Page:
The open-source Productivity®Open platform provides all the great features of a standard Arduino plus the added power and reliability of an industrial controller. The processor circuit of the P1AM-100 Arduino-compatible CPU is designed to mimic the Arduino MKRZero microcontroller. The P1AM-100 is compatible with most available Arduino MKR format shields, and/or the industrially-hardened ProductivityOpen shields, and can utilize most Arduino sketch programs found on open-source websites.
Having all the parts on hand may make the difference between quickly completing a project, or delaying the work and incurring additional costs. This article shows how to address this issue by examining often overlooked pneumatic components when creating a pneumatic system bill of materials (BOM). Read more
A “one-size-fits-all” approach might be acceptable for some types of clothing, but for technical projects one always wants the right component for the task at hand. This is especially important for electric motors as these must be specified for the environment, the load, and efficient and reliable operation.
Using the wrong motor will be inefficient at best, and unworkable at worst. On the other hand, not every design requires a high-end motor, and exceeding specifications can result in excessive costs.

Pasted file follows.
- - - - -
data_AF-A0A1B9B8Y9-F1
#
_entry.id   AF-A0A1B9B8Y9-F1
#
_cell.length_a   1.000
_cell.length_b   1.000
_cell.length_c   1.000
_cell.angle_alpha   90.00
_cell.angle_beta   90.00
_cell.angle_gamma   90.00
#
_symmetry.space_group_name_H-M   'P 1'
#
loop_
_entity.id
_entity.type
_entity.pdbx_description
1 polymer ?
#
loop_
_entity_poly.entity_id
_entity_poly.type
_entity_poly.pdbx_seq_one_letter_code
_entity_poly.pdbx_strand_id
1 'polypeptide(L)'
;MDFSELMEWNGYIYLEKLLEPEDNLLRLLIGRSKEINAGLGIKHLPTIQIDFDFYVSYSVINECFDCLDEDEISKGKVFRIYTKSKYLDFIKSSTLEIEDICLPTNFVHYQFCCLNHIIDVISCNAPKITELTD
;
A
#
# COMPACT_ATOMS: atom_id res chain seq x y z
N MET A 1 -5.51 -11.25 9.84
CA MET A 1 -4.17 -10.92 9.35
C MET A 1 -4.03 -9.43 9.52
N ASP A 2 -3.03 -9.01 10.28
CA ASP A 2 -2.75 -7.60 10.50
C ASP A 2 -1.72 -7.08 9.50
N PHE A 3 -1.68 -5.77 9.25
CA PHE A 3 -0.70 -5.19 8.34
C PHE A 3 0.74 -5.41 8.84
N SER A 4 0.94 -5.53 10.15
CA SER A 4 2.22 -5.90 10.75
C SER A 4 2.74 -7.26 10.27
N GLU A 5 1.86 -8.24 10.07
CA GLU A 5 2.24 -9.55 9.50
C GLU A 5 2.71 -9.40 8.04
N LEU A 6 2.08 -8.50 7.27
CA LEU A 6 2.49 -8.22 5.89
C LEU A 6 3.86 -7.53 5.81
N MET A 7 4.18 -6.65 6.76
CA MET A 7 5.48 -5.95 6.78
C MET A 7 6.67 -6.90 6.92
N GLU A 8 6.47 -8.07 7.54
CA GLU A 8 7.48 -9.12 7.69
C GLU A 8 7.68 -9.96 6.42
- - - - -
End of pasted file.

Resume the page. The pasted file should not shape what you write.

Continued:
Every automation system uses significant amounts of wire and cable. Good design practice is to minimize the variety of types and colors to simplify ordering and reduce waste, but consolidation efforts can actually cost more when cables are over-specified to handle more situations. Therefore, many OEMs, end users, and system integrators are shifting to cut-to-length cable services so they can economically obtain exactly what they need, when they need it.
Greg Lieberman is the founder and owner of 26° Brewing in Pompano Beach, Florida. He started out as a homebrewer making 10 gallons per batch in a variety of locations such as the garage, the kitchen, a sibling’s backyard and in a barn. Greg’s homebrew career saw about 100 batches in four years, totaling one thousand gallons of beer.
Dutch Harbor power plant in the remote Aleutian Islands of Alaska operates several diesel gensets to generate electrical power. Electrical rates there are some of the highest in North America, about four times greater than the U.S. national average of $0.12/kWh.
To take advantage of the previously untapped genset waste heat, the City of Unalaska and the Alaska Energy Authority purchased three organic Rankine cycle (ORC) generators in 2014. Continue reading the article